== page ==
Do not stop using Percodan suddenly after long-term use, or you could have unpleasant withdrawal symptoms. Ask your doctor how to safely stop using this medicine.
Store at room temperature away from moisture, heat, and light.
Keep track of your medicine. Oxycodone is a drug of abuse and you should be aware if anyone is using your medicine improperly or without a prescription.
Do not keep leftover Percodan tablets. Ask your pharmacist where to locate a drug take-back disposal program. If there is no take-back program, flush any unused tablets down the toilet. Disposal of medicines by flushing is recommended to reduce the danger of accidental overdose causing death. This advice applies to a very small number of medicines only. The FDA, working with the manufacturer, has determined this method to be the most appropriate route of disposal and presents the least risk to human safety.
What happens if I miss a dose?
Since Percodan is used for pain, you are not likely to miss a dose. Skip any missed dose if it is almost time for your next scheduled dose. Do not use extra medicine to make up the missed dose.
What happens if I overdose?
Seek emergency medical attention or call the Poison Help line at 1-800-222-1222. An opioid overdose can be fatal, especially in a child or other person using the medicine without a prescription. Overdose symptoms may include severe drowsiness, pinpoint pupils, slow breathing, or no breathing.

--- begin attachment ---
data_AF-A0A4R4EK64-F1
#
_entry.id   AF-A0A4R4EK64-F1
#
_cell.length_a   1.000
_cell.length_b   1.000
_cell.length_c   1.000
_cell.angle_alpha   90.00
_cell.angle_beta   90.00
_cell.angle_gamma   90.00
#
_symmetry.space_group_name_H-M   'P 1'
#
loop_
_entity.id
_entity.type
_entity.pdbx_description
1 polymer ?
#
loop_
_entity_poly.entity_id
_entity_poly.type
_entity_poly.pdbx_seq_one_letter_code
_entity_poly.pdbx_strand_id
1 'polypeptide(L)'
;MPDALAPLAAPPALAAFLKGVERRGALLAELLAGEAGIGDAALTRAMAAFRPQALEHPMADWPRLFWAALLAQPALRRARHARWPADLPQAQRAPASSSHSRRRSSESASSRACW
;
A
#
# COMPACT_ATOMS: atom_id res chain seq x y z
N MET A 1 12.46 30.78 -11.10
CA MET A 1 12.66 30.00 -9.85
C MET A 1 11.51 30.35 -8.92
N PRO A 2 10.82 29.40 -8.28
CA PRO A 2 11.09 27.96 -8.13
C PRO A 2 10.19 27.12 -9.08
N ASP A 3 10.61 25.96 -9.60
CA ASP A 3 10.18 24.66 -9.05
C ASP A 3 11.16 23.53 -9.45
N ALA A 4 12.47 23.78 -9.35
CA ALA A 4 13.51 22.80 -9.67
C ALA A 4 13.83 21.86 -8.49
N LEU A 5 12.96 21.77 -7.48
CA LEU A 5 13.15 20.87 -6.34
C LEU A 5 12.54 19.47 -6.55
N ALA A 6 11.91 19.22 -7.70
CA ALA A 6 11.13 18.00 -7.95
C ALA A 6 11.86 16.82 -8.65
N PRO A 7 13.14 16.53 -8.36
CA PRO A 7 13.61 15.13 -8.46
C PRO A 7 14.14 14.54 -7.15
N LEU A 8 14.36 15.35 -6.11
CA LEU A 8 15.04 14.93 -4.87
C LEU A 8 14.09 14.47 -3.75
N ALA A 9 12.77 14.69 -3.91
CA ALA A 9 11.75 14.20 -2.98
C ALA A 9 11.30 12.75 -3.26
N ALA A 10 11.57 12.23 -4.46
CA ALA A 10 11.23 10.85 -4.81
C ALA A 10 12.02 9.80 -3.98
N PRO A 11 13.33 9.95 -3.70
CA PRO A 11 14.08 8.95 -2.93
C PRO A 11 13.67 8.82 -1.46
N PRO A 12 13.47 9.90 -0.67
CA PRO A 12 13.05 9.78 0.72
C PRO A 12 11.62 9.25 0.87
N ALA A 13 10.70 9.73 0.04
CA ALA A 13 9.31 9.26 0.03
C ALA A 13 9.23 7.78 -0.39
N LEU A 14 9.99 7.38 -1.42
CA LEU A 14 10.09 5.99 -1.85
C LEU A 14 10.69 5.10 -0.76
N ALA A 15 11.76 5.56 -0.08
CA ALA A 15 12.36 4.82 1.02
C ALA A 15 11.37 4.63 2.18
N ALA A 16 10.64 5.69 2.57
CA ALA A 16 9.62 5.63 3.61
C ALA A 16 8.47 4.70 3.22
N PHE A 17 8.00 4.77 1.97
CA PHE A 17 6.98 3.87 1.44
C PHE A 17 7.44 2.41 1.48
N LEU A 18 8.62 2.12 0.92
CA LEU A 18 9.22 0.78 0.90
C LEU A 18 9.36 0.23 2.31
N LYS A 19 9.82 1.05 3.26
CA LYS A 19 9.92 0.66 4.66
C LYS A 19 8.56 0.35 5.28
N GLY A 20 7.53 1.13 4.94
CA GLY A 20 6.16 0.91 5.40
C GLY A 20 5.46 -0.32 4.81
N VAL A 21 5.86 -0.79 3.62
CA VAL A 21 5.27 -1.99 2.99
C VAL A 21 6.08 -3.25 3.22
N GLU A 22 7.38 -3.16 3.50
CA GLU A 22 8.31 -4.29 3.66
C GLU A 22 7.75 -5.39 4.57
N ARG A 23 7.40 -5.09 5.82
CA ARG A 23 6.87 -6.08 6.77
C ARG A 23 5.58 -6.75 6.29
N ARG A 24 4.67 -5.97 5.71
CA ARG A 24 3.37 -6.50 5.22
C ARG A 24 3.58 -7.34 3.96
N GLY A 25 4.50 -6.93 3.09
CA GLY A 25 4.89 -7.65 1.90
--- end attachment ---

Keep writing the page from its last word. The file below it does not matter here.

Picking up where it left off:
Your doctor may recommend you get naloxone (a medicine to reverse an opioid overdose) and keep it with you at all times. A person caring for you can give the naloxone if you stop breathing or don't wake up. Your caregiver must still get emergency medical help and may need to perform CPR (cardiopulmonary resuscitation) on you while waiting for help to arrive.
Anyone can buy naloxone from a pharmacy or local health department. Make sure any person caring for you knows where you keep naloxone and how to use it.
What should I avoid?
Avoid drinking alcohol. Dangerous side effects or death could occur.
This medication may impair your thinking or reactions. Avoid driving or operating machinery until you know how Percodan will affect you. Dizziness or severe drowsiness can cause falls or other accidents.
Ask a doctor or pharmacist before using any other over-the-counter cold, allergy, or pain medicine. Aspirin is contained in many combination medicines. Taking certain products together can cause you to get too much aspirin. Check the label to see if a medicine contains aspirin.
Ask your doctor before using Percodan if you take an antidepressant such as citalopram, escitalopram, fluoxetine (Prozac), fluvoxamine, paroxetine, sertraline (Zoloft), trazodone, or vilazodone. Taking any of these medicines with an NSAID may cause you to bruise or bleed easily.
Percodan side effects